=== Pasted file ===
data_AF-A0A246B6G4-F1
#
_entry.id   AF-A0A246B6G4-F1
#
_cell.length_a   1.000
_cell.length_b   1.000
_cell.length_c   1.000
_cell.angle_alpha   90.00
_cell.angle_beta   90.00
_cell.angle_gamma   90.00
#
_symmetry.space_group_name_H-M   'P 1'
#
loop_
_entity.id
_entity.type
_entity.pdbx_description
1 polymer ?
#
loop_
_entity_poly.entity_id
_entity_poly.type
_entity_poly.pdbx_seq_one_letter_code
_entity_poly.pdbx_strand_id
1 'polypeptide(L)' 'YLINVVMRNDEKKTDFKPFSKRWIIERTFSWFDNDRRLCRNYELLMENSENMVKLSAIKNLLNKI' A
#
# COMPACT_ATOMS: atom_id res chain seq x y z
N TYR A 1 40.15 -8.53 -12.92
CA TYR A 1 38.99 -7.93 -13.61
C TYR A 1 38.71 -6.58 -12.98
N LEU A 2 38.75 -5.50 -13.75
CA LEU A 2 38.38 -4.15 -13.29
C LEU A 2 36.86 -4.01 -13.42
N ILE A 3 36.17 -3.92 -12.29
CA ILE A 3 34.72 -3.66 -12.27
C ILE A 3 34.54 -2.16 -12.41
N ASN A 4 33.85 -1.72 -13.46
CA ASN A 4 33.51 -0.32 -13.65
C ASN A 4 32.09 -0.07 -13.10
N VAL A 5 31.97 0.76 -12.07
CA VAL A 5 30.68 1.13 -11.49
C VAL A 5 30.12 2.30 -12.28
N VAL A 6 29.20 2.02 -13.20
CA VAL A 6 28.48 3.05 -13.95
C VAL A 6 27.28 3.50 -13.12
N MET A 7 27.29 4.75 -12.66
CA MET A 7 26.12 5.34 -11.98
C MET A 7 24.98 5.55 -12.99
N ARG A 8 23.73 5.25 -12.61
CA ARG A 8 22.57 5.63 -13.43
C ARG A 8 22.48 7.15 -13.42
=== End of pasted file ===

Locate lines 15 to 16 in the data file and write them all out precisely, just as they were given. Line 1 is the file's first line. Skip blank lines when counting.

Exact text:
_entity.id
_entity.type